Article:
FIAN- 25 years supporting the struggle for Human Right to Adequate food (english) 13.09 small-1


Published on

  • Be the first to comment

  • Be the first to like this

No Downloads
Total views
On SlideShare
From Embeds
Number of Embeds
Embeds 0
No embeds

No notes for slide

FIAN- 25 years supporting the struggle for Human Right to Adequate food (english) 13.09 small-1

  1. 1. right to adequate food FIAN - 25 years supporting the struggle for the human
  2. 2. Published by FIAN International Designed by Ewa Garcia Folmer Printed on recycled paper in Germany at Integra, Walldorf September 2011 Photographs by Tom Henning Bratlie (Cover/Back) Mohan Dhamotharan (p.3), James Rodrigues, (p.9), Roman Herre (p.4, 11), FIAN International (p.5, 8, 17), Sebastian Rötters (p. 6), FIAN Philippines (p. 10), FIAN India (p. 12), FIAN Belgium (p.14), FIAN Nepal (p.15) Contents of this publication may be quoted or reproduced, provided that the source of information is acknowledged. The publishers would like to receive a copy of the document in which this report is used or quoted. Produced with financial assistance from the European Commission (EC) 2 FIAN International was founded in 1986 and was the first international human rights organization to cam- paign for the realization of the right to food. FIAN is a grassroots oriented not-for-profit organization, independent of any government, political ideology or religion. It has consultative status with the United Nations. FIAN’s work is based on the Universal Declaration of Human Rights and on the International Covenant on Economic, Social and Cultural Rights in particular. FIAN’s vision is a world free from hunger, in which every person can fully enjoy their human rights in dignity, particularly the right to adequate food.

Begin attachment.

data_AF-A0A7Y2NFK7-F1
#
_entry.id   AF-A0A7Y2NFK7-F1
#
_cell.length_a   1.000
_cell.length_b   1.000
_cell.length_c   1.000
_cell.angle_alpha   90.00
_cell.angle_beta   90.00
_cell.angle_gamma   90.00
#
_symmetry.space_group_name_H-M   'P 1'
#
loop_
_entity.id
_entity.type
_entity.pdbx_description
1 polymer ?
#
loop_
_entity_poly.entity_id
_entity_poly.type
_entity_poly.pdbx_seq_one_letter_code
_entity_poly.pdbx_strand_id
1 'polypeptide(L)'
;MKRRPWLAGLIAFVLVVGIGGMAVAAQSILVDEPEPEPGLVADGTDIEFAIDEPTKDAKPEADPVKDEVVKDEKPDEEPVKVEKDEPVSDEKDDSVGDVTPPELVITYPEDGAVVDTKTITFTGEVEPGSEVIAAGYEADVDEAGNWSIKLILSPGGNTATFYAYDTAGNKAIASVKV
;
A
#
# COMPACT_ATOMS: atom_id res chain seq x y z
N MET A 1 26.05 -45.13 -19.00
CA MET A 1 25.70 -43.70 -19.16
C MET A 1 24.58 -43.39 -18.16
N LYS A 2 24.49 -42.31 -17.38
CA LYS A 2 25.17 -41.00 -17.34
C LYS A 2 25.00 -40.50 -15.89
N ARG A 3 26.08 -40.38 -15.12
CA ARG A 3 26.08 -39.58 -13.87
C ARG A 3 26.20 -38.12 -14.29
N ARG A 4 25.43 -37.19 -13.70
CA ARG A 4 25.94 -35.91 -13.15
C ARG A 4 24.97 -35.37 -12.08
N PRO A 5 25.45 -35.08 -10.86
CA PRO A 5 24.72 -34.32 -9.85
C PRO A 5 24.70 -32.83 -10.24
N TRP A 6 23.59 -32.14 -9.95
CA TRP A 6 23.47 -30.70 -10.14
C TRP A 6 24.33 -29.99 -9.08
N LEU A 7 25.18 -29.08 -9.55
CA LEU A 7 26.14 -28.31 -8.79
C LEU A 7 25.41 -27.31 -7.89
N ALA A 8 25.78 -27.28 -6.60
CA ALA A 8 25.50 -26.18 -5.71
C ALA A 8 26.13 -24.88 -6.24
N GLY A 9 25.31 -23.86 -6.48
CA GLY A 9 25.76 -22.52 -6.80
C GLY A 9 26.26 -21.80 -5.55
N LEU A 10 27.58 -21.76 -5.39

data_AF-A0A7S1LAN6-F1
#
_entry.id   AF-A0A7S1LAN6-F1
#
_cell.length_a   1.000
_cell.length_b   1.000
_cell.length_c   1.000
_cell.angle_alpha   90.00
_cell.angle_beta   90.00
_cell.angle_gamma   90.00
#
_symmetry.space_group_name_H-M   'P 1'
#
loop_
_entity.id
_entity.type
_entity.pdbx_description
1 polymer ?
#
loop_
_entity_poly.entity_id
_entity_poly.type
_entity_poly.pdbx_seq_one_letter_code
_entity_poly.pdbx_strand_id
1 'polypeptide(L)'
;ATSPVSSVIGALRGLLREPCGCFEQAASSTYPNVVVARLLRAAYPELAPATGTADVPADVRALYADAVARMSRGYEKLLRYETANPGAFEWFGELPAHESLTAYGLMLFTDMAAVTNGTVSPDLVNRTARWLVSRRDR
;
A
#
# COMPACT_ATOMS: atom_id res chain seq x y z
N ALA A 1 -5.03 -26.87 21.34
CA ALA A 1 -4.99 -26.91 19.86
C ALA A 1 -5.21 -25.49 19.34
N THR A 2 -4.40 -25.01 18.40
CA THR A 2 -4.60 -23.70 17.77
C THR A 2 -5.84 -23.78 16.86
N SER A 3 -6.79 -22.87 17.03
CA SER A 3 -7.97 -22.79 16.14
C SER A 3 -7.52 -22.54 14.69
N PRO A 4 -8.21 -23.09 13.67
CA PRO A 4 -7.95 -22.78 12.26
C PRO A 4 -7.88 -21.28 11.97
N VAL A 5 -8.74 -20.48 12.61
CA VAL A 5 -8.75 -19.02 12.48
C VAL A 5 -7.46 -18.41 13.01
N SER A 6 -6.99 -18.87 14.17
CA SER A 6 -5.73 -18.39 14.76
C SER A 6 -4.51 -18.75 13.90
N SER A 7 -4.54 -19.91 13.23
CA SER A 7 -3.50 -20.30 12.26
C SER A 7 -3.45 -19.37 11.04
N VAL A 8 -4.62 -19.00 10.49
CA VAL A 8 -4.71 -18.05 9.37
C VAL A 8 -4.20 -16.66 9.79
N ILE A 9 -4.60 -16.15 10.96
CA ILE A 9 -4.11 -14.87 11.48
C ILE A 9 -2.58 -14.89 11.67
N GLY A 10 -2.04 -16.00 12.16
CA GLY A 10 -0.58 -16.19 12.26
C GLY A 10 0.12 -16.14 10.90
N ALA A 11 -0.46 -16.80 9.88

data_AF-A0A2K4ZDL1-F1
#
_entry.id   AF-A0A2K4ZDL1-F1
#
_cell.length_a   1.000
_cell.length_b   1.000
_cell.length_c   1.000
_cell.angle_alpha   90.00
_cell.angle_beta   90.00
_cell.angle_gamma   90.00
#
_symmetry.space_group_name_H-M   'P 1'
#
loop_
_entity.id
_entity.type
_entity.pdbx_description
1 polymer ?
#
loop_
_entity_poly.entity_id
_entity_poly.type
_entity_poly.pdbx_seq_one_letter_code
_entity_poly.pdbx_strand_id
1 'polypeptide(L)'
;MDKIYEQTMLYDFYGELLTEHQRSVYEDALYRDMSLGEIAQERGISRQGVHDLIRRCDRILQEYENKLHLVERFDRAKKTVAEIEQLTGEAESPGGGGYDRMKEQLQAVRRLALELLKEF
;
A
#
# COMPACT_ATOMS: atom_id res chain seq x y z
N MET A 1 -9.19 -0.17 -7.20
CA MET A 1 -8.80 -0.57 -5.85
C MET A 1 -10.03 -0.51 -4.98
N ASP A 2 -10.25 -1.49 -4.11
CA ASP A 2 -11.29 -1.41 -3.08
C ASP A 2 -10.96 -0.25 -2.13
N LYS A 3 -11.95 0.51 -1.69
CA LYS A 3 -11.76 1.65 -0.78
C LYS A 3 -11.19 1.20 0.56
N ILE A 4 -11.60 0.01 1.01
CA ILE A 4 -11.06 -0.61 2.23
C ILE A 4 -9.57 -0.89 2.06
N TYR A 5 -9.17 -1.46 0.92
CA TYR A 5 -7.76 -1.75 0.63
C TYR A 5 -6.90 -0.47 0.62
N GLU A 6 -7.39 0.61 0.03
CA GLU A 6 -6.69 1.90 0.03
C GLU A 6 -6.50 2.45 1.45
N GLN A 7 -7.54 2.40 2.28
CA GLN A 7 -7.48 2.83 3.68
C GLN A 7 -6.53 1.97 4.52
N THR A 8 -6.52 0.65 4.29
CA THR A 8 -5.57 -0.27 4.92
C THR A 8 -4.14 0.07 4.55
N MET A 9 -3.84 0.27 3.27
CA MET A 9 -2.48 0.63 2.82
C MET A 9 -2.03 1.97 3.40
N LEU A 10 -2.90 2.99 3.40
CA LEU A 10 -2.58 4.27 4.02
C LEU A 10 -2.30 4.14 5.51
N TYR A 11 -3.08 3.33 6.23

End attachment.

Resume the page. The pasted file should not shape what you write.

3. 3. Hunger is increasing. The Food and Agriculture Organization of the United Nations (FAO) reports that the number of undernourished people has es- calated dramatically over the last few years and that almost one billion people suffer from hunger today. People who go hungry do not just lack food. They lack control over basic resources like land, water, seeds or income – just as they lack political power and access to justice. In the majority of cases, hunger can be attributed to a violation of the hu- man right to food - one of the most widely violated human rights. As the cases in this publication demonstrate, those responsible for violations – national govern- ments in the North and in the South, supranational organizations and private companies – can be clearly identified and held accountable. This is the work of the Food First Information and Action Network – FIAN International. Hunger in the World A Human Rights challenge 3